(52)

It is essential to provide for a legal framework to facilitate cross-border recognition between existing national legal systems related to electronic registered delivery services. That framework could also open new market opportunities for Union trust service providers to offer new Union-wide electronic registered delivery services. In order to ensure that data using a qualified electronic registered delivery service is delivered to the correct addressee, qualified electronic registered delivery services should ensure complete certainty the identification of the addressee while a high level of confidence would suffice as regards the identification of the sender. Providers of qualified electronic registered delivery services should be encouraged by Member States to make their services interoperable with qualified electronic registered delivery services provided by other qualified trust service providers in order to easily transfer electronic registered data between two or more qualified trust service providers and to promote fair practices in the internal market.

(53)

In most cases, Union citizens and residents in the Union are unable to exchange digital information relating to their identity, such as their address, age, professional qualifications, driving licence and other permits and payment data, across borders, securely and with a high level of data protection.

(54)

It should be possible to issue and handle trustworthy electronic attributes and contribute to reducing administrative burden, empowering Union citizens and residents in the Union to use them in their private and public transactions. Union citizens and residents in the Union should be able, for instance, to demonstrate ownership of a valid driving licence issued by an authority in one Member State, which can be verified and relied upon by the relevant authorities in other Member States, to rely on their social security credentials or on future digital travel documents in a cross border context.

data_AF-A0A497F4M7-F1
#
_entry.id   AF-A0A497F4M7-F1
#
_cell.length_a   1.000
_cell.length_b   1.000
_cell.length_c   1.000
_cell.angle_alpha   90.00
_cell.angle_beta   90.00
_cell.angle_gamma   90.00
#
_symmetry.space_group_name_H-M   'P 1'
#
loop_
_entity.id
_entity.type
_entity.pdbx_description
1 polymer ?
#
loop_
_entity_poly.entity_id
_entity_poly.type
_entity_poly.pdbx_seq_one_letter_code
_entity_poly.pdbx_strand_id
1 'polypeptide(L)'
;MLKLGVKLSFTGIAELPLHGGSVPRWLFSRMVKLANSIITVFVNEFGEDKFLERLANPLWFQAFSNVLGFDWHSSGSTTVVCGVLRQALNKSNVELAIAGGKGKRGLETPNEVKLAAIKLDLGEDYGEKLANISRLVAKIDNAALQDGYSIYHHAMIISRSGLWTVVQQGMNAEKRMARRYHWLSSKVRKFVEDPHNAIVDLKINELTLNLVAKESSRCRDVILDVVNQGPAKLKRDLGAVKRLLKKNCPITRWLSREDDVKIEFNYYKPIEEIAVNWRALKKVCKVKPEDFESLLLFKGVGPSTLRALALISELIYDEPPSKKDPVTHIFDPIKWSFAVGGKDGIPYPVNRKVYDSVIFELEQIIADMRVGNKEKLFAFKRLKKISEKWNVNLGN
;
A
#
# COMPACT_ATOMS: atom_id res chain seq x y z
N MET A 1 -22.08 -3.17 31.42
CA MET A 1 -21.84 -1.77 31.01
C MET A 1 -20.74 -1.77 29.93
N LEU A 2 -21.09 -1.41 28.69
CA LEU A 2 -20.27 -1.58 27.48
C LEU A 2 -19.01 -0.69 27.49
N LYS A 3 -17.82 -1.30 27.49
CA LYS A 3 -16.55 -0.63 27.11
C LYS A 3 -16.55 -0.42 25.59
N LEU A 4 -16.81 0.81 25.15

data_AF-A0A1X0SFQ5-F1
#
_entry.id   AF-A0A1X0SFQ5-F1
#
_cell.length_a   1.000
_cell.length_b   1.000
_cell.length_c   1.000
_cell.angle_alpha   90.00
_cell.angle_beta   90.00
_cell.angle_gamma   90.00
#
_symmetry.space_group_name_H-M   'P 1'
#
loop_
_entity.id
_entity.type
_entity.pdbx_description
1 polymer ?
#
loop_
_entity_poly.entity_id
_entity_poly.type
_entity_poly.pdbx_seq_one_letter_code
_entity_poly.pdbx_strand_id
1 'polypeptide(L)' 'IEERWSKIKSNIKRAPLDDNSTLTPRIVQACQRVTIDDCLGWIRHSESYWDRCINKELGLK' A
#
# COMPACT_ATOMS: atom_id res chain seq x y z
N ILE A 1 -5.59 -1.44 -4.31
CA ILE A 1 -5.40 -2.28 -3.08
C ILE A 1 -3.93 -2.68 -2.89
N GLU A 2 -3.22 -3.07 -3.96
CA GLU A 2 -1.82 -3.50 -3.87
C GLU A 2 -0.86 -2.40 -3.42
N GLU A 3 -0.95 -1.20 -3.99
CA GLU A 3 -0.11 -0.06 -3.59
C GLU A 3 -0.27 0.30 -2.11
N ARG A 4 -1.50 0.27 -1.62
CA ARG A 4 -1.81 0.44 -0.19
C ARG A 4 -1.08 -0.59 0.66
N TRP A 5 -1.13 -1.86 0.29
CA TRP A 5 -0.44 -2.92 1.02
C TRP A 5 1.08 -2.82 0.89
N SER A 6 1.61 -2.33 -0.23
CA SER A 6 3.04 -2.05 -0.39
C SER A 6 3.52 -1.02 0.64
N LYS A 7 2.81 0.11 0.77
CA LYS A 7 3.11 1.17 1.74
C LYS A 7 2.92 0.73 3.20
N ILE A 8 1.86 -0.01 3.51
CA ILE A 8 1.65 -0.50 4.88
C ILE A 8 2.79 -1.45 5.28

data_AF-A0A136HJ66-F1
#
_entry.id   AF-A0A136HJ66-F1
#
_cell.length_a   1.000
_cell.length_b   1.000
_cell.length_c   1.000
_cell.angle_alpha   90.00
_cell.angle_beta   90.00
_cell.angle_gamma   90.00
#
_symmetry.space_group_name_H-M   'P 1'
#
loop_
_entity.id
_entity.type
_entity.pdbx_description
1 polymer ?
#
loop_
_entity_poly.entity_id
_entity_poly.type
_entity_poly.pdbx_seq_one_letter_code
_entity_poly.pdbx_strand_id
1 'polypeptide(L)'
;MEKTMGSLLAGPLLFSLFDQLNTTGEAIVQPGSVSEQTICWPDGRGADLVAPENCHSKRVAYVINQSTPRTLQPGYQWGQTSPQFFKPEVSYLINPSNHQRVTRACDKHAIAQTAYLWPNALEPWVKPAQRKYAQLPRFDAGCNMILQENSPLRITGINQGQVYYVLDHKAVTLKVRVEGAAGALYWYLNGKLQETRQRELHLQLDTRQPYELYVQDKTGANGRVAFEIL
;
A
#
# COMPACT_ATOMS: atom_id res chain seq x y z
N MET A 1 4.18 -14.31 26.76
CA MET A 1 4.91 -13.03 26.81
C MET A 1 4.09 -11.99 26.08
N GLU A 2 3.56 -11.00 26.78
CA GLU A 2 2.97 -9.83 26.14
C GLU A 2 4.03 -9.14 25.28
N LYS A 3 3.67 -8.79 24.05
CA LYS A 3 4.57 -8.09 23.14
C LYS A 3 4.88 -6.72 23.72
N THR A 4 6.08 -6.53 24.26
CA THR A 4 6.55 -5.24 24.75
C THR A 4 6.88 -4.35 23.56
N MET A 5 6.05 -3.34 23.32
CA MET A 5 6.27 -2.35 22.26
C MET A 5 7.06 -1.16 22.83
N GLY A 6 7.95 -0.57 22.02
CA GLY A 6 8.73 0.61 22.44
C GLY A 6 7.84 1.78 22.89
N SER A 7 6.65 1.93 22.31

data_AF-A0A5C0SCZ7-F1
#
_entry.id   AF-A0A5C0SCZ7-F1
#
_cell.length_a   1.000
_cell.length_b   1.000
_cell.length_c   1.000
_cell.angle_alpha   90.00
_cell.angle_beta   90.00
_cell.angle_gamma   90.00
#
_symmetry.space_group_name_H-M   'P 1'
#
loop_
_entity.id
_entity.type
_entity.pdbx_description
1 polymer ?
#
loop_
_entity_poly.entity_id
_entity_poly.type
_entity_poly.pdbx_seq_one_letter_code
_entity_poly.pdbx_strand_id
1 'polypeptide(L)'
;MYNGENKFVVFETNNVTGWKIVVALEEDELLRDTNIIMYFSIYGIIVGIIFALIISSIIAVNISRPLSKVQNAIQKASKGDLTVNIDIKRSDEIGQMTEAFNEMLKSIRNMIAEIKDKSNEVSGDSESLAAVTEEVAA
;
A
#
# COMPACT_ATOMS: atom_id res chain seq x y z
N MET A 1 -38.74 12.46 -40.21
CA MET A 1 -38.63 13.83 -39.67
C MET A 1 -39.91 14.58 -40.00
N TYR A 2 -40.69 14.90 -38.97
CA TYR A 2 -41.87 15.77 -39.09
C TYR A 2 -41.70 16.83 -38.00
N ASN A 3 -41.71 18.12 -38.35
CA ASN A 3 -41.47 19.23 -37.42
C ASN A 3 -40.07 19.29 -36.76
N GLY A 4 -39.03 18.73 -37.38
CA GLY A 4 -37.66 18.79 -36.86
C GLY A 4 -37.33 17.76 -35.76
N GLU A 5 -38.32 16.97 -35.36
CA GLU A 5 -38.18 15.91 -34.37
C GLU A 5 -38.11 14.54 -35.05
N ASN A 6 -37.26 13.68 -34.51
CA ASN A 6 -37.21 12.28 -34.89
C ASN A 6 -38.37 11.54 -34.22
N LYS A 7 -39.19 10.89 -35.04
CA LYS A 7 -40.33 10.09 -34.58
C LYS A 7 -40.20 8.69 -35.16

(55)

Any service provider that issues attested attributes in electronic form such as diplomas, licences, birth certificates or powers and mandates to represent or act on behalf of natural or legal persons should be considered to be a trust service provider of electronic attestation of attributes. An electronic attestation of attributes should not be denied legal effect on the grounds that it is in an electronic form or that it does not meet the requirements of the qualified electronic attestation of attributes. General requirements should be laid down to ensure that a qualified electronic attestation of attributes has the equivalent legal effect of lawfully issued attestations in paper form. However, those requirements should apply without prejudice to Union or national law defining additional sector-specific requirements as regards form with underlying legal effects and, in particular, the cross-border recognition of qualified electronic attestation of attributes, where appropriate.

(56)

The wide availability and usability of European Digital Identity Wallets should enhance their acceptance and trust in them both by private individuals and by private service providers. Therefore, private relying parties providing services, for example in the areas of transport, energy, banking and financial services, social security, health, drinking water, postal services, digital infrastructure, telecommunications or education, should accept the use of European Digital Identity Wallets for the provision of services where strong user authentication for online identification is required by Union or national law or by contractual obligation. Any request by the relying party for information from the user of a European Digital Identity Wallet should be necessary for, and proportionate to, the intended use in a given case, should be in line with the principle of data minimisation and should ensure transparency as regards which data is shared and for what purposes. To facilitate the use and acceptance of European Digital Identity Wallets, widely accepted industry standards and specifications should be taken into account in their deployment.

(57)